The quieter you become inside, the more you will pull back a little and remove yourself from the reactive mode that you are in. We all are in reactive modes with each other; I mean, we all have these incredible stories to play out. The quieter we become inside, the more we get established in that witness or the soul.
As you develop this quiet place inside from which you see the unfolding of your life story, you begin to understand how your ego identity is made up of your participation in the web, in a kind of horizontal web that involves your roles and all of your reference groups. They help define your identity.
I used to have a motorcycle at one point, and I also had a Mercedes. This is when I was being a young professor in 1958. The idea was when you rode the motorcycle you put on a black jacket and you look tough. When you rode in the Mercedes you put on a houndstooth jacket and you put your pipe in your pocket, and you had a cap, and you looked aloof. I mean, there were certain clear role definitions. What I used to do was, just for fun, I’d ride my motorcycle with my houndstooth jacket and my pipe, and I’d go to the Mercedes club of America meetings in my boots and leather jacket. They’d hate me because I wasn’t playing the game properly.
As you’re quiet and you listen in, you see that when you push against fulfilling your roles there’s a lot of energy involved, and when you get lost in them there’s also a lot of energy involved, so there is an art form in learning how to be a participant in a system of life and honor it.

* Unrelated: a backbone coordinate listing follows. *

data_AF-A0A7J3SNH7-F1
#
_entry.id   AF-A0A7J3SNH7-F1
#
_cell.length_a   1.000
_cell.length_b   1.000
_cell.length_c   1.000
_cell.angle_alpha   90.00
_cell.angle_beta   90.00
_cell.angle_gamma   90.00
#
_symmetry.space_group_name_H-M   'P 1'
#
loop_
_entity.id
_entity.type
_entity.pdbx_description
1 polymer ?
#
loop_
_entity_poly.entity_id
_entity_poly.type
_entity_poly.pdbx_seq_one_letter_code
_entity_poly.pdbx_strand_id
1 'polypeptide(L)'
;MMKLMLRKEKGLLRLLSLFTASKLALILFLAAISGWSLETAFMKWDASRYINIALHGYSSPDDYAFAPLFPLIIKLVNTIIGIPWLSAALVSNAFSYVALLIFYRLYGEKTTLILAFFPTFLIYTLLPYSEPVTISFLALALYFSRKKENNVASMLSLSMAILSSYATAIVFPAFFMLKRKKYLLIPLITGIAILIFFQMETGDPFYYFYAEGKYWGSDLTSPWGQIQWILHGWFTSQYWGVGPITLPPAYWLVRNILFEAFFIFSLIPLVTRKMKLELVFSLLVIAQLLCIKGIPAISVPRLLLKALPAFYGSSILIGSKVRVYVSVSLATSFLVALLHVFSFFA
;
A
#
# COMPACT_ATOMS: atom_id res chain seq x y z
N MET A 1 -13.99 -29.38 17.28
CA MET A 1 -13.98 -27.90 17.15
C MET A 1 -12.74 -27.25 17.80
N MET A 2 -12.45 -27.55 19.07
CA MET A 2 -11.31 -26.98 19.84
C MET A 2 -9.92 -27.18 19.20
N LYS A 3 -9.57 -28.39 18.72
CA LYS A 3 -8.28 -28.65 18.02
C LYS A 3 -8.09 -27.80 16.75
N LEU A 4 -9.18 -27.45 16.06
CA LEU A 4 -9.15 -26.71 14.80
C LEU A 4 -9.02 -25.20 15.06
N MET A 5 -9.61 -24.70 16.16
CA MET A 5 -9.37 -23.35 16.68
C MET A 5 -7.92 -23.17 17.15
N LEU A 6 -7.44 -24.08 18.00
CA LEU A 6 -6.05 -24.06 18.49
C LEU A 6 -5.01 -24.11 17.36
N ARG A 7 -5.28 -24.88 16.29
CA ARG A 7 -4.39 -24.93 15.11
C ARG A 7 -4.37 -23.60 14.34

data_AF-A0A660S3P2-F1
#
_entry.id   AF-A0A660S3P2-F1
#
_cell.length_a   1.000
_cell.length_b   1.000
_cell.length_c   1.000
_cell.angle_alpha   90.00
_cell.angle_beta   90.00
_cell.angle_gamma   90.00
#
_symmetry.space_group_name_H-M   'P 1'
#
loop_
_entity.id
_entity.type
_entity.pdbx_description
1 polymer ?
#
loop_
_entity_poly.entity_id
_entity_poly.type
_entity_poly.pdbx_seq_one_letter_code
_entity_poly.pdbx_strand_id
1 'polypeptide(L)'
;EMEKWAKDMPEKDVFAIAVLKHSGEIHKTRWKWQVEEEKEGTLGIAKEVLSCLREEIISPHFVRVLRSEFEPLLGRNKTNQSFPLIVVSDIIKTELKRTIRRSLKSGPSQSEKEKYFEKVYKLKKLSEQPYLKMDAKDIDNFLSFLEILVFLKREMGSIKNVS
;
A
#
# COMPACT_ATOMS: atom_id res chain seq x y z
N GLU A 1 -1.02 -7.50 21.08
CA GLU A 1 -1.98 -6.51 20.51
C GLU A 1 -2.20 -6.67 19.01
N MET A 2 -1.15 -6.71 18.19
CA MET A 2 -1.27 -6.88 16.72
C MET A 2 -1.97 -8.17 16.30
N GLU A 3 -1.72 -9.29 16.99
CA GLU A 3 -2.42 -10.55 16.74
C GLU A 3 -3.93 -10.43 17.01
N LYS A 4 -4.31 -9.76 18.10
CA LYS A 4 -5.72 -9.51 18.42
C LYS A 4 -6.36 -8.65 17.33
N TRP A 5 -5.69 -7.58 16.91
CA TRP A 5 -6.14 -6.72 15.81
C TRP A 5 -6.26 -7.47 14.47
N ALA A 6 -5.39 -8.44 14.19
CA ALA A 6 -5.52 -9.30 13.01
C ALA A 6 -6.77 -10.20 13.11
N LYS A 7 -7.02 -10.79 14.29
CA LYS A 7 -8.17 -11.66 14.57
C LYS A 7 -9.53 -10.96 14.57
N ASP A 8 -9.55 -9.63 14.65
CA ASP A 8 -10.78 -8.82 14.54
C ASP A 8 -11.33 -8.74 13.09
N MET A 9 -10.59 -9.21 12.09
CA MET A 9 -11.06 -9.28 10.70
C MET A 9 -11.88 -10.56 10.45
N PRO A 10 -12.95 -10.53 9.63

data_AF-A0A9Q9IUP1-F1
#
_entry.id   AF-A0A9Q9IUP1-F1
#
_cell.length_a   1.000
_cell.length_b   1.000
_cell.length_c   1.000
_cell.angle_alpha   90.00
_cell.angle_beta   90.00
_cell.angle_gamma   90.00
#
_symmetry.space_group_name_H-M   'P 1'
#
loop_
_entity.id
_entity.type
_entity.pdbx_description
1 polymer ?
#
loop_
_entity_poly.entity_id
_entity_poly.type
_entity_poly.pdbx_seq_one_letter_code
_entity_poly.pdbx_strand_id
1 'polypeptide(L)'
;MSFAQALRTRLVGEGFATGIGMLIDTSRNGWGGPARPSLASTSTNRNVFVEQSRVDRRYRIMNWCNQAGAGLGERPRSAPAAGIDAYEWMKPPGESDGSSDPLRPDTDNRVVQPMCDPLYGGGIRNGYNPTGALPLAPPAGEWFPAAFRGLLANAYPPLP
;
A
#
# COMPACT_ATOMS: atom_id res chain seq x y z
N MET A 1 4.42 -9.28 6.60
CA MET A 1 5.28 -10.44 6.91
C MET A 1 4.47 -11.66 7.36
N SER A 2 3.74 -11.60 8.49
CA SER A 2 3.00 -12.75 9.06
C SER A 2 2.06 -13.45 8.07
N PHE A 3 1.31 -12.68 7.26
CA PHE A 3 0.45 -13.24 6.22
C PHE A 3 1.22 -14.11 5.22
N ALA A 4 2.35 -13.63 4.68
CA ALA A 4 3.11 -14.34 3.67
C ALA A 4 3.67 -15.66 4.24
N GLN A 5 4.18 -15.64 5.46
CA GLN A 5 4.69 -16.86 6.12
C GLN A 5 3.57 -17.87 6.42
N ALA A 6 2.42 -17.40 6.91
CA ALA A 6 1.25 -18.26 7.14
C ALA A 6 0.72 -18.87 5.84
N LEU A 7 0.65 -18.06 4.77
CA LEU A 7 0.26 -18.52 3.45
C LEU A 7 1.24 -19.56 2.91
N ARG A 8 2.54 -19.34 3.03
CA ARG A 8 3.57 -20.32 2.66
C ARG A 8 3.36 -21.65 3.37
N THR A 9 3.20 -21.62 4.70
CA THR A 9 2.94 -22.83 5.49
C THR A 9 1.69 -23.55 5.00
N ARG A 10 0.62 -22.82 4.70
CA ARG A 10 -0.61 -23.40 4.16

What does it mean to honor your identity as a member of an ecosystem? What does it mean to honor your identity as a member of a nation state?
I was born a Jew, and yet here I’ve been Hindu, Buddhist, teacher, bringing Eastern ideas back here to the West. What about my Judaism? Well, in the past five years I’ve really made a study of it. The Jewish community says, “Ram Dass is returning to the fold.” That’s their problem, not mine. First of all I never left it. I mean, just because I was doing Hindu practices didn’t make me less of a Jew. It was interesting though to see what it meant to honor that part of my genetic identity. What did it mean when my father was ill, for me to reorient my life to live in the basement of that house, in an apartment down there to make sure he was well taken care of? Because I was part of a family? What does it mean for me to be active in a political community, because I’m part of a political structure? You realize it keeps expanding outward when you’re part of a humanity.
Finally, the quieter you are, the more you feel yourself tuning into the unique nature of your incarnation. You find yourself in a harmonious way at ease with it, rather than pushing against it or grabbing it.
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